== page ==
Fingerprints of the Gods: The Evidence of Earth's Lost Civilization

Fingerprints of the Gods: The Evidence of Earth's Lost Civilization

by Graham Hancock

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Overview

Could the story of mankind be far older than we have previously believed? Using tools as varied as archaeo-astronomy, geology, and computer analysis of ancient myths, Graham Hancock presents a compelling case to suggest that it is.
 
“A fancy piece of historical sleuthing . . . intriguing and entertaining and sturdy enough to give a long pause for thought.”—Kirkus Reviews
 
In Fingerprints of the Gods, Hancock embarks on a worldwide quest to put together all the pieces of the vast and fascinating jigsaw of mankind’s hidden past. In ancient monuments as far apart as Egypt’s Great Sphinx, the strange Andean ruins of Tihuanaco, and Mexico’s awe-inspiring Temples of the Sun and Moon, he reveals not only the clear fingerprints of an as-yet-unidentified civilization of remote antiquity, but also startling evidence of its vast sophistication, technological advancement, and evolved scientific knowledge.
 
A record-breaking number one bestseller in Britain, Fingerprints of the Gods contains the makings of an intellectual revolution, a dramatic and irreversible change in the way that we understand our past—and so our future.
 
And Fingerprints of God tells us something more. As we recover the truth about prehistory, and discover the real meaning of ancient myths and monuments, it becomes apparent that a warning has been handed down to us, a warning of terrible cataclysm that afflicts the Earth in great cycles at irregular intervals of time—a cataclysm that may be about to recur.
 
“Readers will hugely enjoy their quest in these pages of inspired storytelling.”—The Times (UK)

Product Details

ISBN-13: 9780307829054
Publisher: Crown/Archetype
Publication date: 09/19/2012
Sold by: Random House
Format: NOOK Book
Pages: 592
Sales rank: 78,723
File size: 8 MB

About the Author

Graham Hancock was formerly East Africa correspondent for The Economist and a correspondent for the London Sunday Times. His The Sign and the Seal, an international bestseller, documented his real-life quest for the Ark of the Covenant. He has appeared on television with Michael Palin in his Pole to Pole series, and on the BBC and CNN, as well as the National Geographic’s Explorer series.

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Fingerprints of the Gods: The Evidence of Earth's Lost Civilization 4 out of 5 based on 0 ratings. 49 reviews.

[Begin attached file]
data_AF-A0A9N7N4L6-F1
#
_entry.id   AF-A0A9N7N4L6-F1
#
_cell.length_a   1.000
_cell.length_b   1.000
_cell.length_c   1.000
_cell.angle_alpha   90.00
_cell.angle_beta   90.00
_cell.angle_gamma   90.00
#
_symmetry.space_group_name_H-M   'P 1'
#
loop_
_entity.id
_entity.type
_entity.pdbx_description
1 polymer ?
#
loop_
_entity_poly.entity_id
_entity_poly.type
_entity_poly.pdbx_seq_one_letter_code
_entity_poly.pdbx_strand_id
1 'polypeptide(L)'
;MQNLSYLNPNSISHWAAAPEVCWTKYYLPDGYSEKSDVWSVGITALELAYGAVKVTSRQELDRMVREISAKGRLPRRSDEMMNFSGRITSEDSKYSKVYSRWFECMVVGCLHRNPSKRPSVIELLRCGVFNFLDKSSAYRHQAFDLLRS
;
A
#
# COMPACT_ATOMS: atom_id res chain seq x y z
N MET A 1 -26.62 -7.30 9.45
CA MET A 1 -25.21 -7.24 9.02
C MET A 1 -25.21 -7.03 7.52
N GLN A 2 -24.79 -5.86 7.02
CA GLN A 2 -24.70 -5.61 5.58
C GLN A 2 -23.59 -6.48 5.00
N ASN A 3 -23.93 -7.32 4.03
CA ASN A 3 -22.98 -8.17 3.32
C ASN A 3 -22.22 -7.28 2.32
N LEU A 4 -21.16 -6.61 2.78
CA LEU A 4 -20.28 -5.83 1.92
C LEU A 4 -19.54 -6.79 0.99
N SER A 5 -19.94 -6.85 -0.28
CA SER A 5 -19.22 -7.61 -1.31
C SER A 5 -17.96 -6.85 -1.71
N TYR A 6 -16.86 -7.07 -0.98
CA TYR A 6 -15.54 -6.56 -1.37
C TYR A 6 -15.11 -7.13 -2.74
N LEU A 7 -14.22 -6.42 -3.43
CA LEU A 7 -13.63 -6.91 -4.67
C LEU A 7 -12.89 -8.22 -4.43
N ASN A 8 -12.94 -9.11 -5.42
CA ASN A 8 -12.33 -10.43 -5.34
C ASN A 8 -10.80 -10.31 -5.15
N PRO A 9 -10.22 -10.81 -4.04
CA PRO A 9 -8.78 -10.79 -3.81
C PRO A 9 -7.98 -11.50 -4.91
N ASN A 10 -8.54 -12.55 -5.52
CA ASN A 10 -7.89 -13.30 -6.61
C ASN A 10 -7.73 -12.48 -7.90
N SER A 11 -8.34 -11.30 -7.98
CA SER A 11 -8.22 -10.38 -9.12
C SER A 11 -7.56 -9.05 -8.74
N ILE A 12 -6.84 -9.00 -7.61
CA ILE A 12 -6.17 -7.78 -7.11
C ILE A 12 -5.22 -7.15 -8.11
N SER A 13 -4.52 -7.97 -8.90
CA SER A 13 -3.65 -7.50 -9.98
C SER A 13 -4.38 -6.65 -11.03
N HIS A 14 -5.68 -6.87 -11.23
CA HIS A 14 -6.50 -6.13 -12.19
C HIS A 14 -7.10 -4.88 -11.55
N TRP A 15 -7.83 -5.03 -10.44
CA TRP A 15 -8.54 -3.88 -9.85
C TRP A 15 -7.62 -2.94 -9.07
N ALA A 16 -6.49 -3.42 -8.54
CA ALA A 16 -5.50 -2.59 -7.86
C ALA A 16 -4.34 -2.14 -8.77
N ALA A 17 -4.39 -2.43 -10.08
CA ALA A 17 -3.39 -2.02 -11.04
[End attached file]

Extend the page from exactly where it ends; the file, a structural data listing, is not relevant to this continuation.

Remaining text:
Guest More than 1 year ago
I've read through a lot of the other reviews and I 've decided to write one myself. The first time I read Hancock was about four years ago. What really caught my attention was what he discovered about the Giza pyramids. The fact that the corners of the great pyramids were less than a minute of a degree off from 90 degrees blew my mind. Our modern buildings are not made to those exact standards. How did they do this? Modern historians do not even give the ancient Egyptians credit for knowing what pi was. How did they understand the measurements that would have to be made to construct a monument like that without it topling over? How did they move these 6-8 ton limestone slabs? How did they lift them so high? How in the world could they do all these things if they're nothing but a bunch of primative screwballs running around killing each other? I'm sorry. I've studied history all my life. Egyptologists have no problem telling you that these primative people built these great structures, but when you ask them how, they can't give you an answer. I have a feeling there's a lot more out there than what we know. No it wouldn't surprise me that there was once a great civilazation so old that it's memory was lost with time. No it wouldn't surprise me that this civilization or knowledge passed from this civilization had something to do with the pyramids and many other unexplained structures. I wouldn't be surprise at all. You know, at least Hancock is looking for an answer. He's trying to find an explaination. Read this book. Read some of his other works. Look at all this for yourself. If it doesn't at least make you think, then you need to open your mind. Check it out.